We present work describing the practical use of molecular-level simulations to determine diffusivities in a course targeted at the general audience of first-year chemical engineering graduate students. We show how the simulation techniques can be used to directly complement traditional methods for obtaining diffusivities. Our philosophy is to provide a utilitarian tool that can be used in a manner analogous to existing techniques to obtain diffusion coefficients. The advantage of the simulation approach is that it will work in the absence of experimental data and can be easily applied to multicomponent mixtures with an arbitrary number of species. In the implementation of this work, we remain keenly aware of constraints due to time, computational resources, money, and target-audience qualifications, so that the implementation is feasible. We demonstrate that these simulations require only a few minutes to run on a contemporary (AMD Athlon 850 MHz) processor. In our approach we outline the basic steps necessary to obtain a transport diffusivity via molecular-level simulations. We also provide an example problem, where we compare the results of the simulation to the predictions from corresponding states and kinetic theory.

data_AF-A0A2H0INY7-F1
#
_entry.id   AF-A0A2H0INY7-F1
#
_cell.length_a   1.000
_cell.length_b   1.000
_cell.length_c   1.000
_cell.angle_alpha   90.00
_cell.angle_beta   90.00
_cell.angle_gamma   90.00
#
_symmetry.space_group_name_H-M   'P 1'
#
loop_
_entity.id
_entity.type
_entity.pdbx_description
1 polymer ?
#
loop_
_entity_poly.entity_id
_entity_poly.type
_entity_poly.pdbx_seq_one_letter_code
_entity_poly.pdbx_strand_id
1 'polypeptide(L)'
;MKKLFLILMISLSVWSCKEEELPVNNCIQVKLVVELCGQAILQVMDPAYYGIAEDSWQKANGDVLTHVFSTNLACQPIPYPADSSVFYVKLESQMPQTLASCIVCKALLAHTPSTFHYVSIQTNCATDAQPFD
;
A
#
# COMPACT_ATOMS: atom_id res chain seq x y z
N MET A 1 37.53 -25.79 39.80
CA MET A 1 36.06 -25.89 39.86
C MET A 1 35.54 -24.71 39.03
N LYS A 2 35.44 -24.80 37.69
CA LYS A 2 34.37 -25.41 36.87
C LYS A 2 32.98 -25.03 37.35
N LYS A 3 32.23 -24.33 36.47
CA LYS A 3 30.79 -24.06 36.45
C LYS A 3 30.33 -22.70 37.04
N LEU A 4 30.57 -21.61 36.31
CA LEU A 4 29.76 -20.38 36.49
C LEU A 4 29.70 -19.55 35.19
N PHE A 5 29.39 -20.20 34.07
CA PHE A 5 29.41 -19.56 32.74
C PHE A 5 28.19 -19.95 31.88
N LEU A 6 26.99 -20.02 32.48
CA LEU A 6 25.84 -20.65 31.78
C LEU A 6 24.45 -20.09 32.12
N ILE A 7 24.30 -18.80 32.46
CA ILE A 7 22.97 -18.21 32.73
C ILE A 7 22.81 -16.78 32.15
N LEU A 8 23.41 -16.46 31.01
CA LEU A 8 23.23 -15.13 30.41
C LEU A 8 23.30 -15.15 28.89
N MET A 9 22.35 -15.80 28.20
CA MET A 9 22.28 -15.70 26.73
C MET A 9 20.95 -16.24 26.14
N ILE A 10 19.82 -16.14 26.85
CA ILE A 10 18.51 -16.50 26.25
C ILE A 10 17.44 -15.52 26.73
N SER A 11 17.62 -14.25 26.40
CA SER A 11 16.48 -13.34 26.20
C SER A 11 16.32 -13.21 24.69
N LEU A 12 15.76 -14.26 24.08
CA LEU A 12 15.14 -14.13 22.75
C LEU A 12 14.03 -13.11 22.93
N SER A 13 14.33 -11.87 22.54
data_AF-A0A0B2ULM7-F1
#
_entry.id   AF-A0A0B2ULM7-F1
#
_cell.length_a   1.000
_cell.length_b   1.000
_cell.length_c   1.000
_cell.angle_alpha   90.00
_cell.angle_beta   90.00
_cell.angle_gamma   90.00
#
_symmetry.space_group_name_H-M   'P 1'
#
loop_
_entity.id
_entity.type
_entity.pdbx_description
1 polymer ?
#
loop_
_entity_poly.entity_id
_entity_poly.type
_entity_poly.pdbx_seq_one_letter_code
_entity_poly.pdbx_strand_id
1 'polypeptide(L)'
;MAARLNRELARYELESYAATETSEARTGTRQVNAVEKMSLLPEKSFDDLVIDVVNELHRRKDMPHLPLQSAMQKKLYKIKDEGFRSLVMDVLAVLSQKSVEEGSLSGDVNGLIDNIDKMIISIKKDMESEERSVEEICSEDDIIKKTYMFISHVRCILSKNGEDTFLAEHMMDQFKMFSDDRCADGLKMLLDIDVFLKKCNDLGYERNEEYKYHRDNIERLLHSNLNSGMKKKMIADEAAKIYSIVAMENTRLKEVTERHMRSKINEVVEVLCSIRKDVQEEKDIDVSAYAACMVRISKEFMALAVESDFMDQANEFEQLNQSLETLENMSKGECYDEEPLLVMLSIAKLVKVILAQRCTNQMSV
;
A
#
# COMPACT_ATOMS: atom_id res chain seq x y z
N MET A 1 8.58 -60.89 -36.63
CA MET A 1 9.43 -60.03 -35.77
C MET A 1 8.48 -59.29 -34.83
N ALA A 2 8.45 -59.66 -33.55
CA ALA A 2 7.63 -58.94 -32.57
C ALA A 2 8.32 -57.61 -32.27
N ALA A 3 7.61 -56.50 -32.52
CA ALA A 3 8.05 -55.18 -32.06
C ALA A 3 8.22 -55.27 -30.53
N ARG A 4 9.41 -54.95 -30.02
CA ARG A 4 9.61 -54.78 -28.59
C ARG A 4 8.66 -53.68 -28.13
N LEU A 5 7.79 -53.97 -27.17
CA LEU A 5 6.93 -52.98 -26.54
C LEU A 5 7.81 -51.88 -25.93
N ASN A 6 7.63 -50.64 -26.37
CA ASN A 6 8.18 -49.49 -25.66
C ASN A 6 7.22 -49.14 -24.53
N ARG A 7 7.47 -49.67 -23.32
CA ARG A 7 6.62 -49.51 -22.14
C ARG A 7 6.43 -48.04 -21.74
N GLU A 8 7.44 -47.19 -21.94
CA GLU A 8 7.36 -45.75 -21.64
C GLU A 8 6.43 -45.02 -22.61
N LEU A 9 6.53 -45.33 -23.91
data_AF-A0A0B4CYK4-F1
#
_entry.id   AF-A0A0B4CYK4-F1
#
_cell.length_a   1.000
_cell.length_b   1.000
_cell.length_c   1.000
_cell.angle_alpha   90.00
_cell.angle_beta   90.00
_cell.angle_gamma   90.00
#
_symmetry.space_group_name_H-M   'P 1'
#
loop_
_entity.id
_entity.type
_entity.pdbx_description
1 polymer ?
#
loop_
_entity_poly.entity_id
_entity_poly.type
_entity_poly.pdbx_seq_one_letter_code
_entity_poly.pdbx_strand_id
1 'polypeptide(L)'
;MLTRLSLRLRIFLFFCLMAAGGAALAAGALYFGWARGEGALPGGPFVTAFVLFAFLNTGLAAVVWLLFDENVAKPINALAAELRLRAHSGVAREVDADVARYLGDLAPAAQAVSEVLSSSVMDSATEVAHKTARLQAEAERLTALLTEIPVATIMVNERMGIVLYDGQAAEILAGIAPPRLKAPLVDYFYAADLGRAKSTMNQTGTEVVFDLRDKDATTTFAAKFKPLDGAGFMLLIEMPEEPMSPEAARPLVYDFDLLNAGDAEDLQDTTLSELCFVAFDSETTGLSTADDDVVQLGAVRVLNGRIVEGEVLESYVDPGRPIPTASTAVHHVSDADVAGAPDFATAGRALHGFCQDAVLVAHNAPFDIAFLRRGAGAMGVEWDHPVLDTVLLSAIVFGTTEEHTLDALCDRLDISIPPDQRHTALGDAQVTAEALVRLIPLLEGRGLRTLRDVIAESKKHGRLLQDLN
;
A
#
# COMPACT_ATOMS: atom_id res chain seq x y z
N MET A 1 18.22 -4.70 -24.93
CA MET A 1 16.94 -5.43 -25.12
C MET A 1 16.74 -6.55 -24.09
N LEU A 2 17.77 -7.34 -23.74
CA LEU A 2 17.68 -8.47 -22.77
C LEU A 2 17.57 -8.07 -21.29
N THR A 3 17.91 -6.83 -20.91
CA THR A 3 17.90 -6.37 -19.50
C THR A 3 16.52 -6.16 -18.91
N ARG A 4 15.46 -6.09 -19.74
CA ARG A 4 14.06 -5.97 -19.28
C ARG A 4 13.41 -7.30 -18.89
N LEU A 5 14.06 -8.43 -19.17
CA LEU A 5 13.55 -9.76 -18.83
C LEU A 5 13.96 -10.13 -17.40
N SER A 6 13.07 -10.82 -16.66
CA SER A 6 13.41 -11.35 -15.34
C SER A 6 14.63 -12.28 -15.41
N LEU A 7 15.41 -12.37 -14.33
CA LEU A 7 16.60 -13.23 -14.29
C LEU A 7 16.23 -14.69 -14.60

Keffer, D., Newman, A., Adhangale, P., “Using Molecular Level Simulations To Determine Diffusivities In the Classroom”, Chemical Eng. Ed. 2003 37(2), p. 156-160.